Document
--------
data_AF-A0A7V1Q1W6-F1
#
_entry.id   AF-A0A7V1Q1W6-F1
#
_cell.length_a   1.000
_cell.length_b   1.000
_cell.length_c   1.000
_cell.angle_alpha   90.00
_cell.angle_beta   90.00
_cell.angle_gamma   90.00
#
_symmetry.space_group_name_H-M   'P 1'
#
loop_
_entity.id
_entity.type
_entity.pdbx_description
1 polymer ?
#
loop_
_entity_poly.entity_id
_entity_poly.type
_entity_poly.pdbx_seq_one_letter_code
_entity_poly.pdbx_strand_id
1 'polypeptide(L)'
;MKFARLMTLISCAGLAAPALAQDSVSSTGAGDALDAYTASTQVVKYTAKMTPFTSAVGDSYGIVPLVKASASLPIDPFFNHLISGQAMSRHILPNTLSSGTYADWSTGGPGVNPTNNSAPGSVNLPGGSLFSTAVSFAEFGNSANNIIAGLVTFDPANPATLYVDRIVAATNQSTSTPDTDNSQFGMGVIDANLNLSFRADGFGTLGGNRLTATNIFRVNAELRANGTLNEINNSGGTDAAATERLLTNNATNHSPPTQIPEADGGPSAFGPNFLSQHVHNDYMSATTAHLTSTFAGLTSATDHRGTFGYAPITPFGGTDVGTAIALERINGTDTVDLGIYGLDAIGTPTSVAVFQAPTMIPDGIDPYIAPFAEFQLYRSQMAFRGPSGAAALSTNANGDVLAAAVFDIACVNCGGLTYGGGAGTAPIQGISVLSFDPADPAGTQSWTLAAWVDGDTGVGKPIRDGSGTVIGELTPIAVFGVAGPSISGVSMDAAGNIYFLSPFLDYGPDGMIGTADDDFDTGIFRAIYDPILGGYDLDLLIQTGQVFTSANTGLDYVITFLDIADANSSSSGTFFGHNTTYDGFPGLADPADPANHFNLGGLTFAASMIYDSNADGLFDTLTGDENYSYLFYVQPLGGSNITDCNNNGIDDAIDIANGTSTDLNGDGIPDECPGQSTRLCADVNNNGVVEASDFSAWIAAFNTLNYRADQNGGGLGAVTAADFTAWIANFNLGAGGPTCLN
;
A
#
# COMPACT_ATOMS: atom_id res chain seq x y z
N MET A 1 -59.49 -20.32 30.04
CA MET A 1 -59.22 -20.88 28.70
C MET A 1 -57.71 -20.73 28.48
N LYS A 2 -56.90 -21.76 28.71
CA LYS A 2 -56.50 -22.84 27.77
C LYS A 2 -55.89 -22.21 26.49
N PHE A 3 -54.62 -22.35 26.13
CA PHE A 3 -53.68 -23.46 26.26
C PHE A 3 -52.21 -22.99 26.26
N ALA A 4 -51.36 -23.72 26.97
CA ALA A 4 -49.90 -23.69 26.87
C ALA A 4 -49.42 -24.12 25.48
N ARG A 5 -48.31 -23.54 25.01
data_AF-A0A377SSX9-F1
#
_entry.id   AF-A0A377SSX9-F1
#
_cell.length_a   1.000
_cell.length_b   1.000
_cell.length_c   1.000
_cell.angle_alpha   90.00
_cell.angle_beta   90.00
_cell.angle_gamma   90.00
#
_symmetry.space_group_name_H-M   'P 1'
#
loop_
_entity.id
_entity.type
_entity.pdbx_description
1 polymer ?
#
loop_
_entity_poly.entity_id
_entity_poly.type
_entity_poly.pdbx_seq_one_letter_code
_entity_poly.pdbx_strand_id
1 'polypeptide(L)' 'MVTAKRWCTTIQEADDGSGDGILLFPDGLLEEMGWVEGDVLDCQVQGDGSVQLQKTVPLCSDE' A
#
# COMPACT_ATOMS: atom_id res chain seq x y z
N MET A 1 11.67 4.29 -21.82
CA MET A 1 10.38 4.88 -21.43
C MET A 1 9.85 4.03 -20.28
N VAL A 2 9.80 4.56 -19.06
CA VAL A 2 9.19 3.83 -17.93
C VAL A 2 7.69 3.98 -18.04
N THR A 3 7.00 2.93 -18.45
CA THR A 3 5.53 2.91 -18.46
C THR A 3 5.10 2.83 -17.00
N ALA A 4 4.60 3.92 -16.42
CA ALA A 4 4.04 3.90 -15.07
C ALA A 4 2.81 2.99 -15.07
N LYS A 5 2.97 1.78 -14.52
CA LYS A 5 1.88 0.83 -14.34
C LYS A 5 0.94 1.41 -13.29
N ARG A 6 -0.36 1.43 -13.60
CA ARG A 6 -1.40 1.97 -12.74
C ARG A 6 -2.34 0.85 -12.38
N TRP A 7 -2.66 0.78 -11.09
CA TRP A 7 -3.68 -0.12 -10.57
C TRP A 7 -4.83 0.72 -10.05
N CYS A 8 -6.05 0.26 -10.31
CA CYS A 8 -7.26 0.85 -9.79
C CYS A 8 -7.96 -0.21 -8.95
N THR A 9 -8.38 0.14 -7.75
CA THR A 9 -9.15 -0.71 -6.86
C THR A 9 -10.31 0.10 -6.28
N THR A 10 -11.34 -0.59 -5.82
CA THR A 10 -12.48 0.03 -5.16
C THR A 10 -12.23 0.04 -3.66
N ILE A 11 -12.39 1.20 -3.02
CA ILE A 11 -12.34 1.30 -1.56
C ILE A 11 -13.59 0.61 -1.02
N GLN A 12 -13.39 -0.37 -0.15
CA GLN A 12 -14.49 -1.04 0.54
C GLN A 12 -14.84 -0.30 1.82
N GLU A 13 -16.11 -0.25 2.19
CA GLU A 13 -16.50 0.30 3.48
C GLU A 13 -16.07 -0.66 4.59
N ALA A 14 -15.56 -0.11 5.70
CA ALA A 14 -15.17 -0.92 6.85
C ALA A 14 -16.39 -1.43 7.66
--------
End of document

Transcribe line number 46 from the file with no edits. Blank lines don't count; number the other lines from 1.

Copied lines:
_entry.id   AF-A0A377SSX9-F1